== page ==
On most university campuses throughout the United States, you will find traditional residence halls, and you will find honors halls. But what happens when the two types of residence halls are combined into a single living and learning community?
Such a unique configuration was implemented nearly two years ago with the opening of the $38.5 million Levine Hall at the University of North Carolina - Charlotte. KWK Architects designed the university's newest residential building to house 435 total students - a combination of honors and traditional students. Currently, Levine Hall houses 136 honor students, about 31 percent of the Levine student community.
The 160,000-square-foot Levine Hall includes four-bedroom suites and apartments, plus large central lounges and study areas at the end corridors of each floor. Community spaces include a lobby, lounge, resident kitchen, laundry and meeting spaces.
The hall's extended "Z" shape creates a significant open lawn, which leads to a large arched opening. At this opening are entries to both the residence hall and the honors college zone to provide a separate identity and allow independent operation while encouraging regular use by residents.
"The design of Levine Hall at UNC-Charlotte had a very specific directive - the inclusion of an honors and scholars program inside a traditional residence hall,” said KWK Architects Principal Paul Wuennenberg. “This unique challenge required different unit types, such as suites and apartments, to be embedded within each RA community, as well as academic and administrative support exclusive to honors program students.”
Two years after Levine Hall's opening, the student housing experts at KWK and UNC Charlotte are now analyzing the results of their unique design and seeking answers to their questions: "Are the honors students successfully integrating into the traditional community?"; "Is the rest of the community accepting of these students?”; "What tools have been used to improve the sense of community within these two groups sharing the same space?" and "Are there opportunities for mentorship from the honors students?"
Aaron J. Hart, Ed.D., associate vice chancellor and director of housing and residence life at UNC - Charlotte, says the Levine Hall community has been deemed a success on many levels.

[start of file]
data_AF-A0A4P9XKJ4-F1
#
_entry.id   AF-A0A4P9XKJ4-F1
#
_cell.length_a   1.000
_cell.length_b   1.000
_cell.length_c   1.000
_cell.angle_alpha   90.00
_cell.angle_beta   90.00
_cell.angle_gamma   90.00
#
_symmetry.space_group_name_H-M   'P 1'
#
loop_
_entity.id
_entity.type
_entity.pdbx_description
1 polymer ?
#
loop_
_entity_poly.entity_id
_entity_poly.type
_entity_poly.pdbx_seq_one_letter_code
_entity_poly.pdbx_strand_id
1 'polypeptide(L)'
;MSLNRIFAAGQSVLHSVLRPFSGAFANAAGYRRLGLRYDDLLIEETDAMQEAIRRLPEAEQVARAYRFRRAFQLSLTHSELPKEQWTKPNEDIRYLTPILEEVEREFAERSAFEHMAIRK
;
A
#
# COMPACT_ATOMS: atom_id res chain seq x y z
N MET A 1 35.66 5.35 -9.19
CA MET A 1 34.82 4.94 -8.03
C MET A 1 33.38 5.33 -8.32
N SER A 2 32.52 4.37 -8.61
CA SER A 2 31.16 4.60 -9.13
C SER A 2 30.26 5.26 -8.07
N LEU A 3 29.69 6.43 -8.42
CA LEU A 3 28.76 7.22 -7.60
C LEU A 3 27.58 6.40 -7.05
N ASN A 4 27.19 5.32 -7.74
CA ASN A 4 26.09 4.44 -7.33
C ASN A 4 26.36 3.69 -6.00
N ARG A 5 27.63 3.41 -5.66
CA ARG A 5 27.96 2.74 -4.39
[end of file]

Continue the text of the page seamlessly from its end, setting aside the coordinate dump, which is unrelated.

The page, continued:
"The Levine Residence Hall staff shared and acknowledged that the honor students on the third floor thoroughly enjoy the connection of home to classroom. The relationship has successfully connected the housing community and the unique academic relationship for honors students," said Hart. "This semester the honors college has opened its doors up to late night homework and study hours that are only accessible to honors students and friends. This has been really beneficial for students because they can utilize the smart classrooms for homework purposes, instead of walking to the library. In my opinion, students have greatly benefited from the physical proximity of the offices. Our department has also seen development in relationships through the close proximity of the honors college."
Through analysis of the Levine Hall design, KWK's design experts plan to further their understanding of designing a residence hall that incorporates an honors program, with heavy emphasis on academic and administrative support, learning ways to improve the interactions between honors students and the rest of the RA communities, as well as understanding how honors program administrators and faculty interact with residence life professionals in the same residence hall.
"While the honors program supports the honors student, there have been measurable benefits for the traditional students in this type of Living/Learning Community," said Wuennenberg. "We will continue to look at this design further and whether this type of building configuration can be a benefit to other institutions."